Galen Jackson’s article on America’s entry into World War I and the “off-shore balancing thesis” is an excellent work of scholarship. Jackson takes on an important topic for both international relations theorists and diplomatic historians and convincingly shows that U.S. leaders did not intervene in the war because they feared Germany was winning – a finding that he stresses is at odds with the predictions of John J. Mearsheimer’s theory of “offensive realism.” Not all aspects of Jackson’s argument are persuasive, however, and alternative interpretations of the president’s approach to the war make Wilson’s policies look less like an exception to Mearsheimer’s model than Jackson believes.
In the aftermath of the end of the Cold War, one of the first challenges to the illusion that the “end of history” had arrived was the breakup of Yugoslavia, as various republics—Croatia, Slovenia, Macedonia, and Kosovo—seceded or attempted to secede from the Socialist Federation of Yugoslavia. Conflict over secession from existing states was not a new issue since secession had plagued a number of new African nations such as Katanga’s attempted secession from the Congo and Biafra from Nigeria in the 1960s as well as the prolonged struggle of Eritrea to break away from Ethiopia since the 1950s. The Cold War, however, had significantly influenced the response of the major powers to secession, as Jonathan Paquin notes, with the United States opposing territorial changes as part of its containment strategy. In A Stability-Seeking Power: U.S. Foreign Policy and Secessionist Conflicts, Paquin focuses on six cases: the four provinces of Yugoslavia, Eritrea and Somaliland, the northwest region of Somalia, that seceded in 1991.
Comparative studies of ancient and modern policy, strategy, diplomacy, and imperialism seem to be all the rage at the moment, with most of the impetus coming from scholars of ancient societies rather than from those concerned with the modern world. The recent edited volume under review by well-known Classicist and conservative political commentator Victor Davis Hanson pays homage to two pathbreaking studies with similar titles, and has a clear and unapologetic presentist editorial agenda: “to consider the relevance of [ancient] strategy to later warfare, and especially to the conflicts of our times” (4).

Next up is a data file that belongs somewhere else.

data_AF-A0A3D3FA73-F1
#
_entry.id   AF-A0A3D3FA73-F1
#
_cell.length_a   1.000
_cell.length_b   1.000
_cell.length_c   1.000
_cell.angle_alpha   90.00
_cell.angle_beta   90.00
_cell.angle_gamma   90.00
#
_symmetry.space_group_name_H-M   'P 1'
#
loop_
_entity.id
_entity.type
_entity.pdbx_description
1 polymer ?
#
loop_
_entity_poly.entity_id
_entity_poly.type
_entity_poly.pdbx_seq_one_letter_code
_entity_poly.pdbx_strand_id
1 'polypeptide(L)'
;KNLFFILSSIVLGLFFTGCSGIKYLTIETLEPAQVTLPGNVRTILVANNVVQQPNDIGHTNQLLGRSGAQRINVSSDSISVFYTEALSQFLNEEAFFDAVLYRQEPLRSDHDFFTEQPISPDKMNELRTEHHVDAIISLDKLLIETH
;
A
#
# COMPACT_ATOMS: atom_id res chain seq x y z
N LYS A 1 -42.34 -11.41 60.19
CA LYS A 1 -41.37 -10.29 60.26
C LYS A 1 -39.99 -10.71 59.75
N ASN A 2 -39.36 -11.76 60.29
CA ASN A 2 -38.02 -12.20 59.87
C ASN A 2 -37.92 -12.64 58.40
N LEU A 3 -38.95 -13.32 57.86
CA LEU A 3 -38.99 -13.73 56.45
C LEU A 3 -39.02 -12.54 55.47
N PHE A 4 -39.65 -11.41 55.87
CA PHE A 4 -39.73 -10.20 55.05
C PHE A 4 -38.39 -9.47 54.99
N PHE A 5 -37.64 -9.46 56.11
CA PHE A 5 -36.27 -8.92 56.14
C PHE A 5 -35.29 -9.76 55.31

Mark L. Haas is, along with his mentor John M. Owen, part of a two-man wrecking crew exposing the ideological foundations of international politics. His latest effort, The Clash of Ideologies: Middle Eastern Politics and American Security, expands on previous work Haas and Owen have done on “ideological distance” and applies these ideas to three decades of international politics in the Middle East. In so doing, Haas has written a book that is theoretically innovative, scientifically progressive, empirically wide-ranging, and policy relevant. Anyone who wants to understand the interplay of ideological and realist variables or the intricate politics of a region central to American foreign policy needs to read this book.
Why do key Southeast Asian states seem to cleave to the perception that the United States is a benign and stabilising force in the region, in spite of its debatable record during and after the Cold War? In Hard Interests, Soft Illusions: Southeast Asia and American Power, Natasha Hamilton-Hart demonstrates that the ruling regimes in these countries disproportionately support U.S. preponderance because they managed to consolidate domestic power with the economic and political resources that accompanied U.S. support during the initial stages of national development during the Cold War. Education, professional training, and experience subsequently sustained these cognitive biases within the policy elites.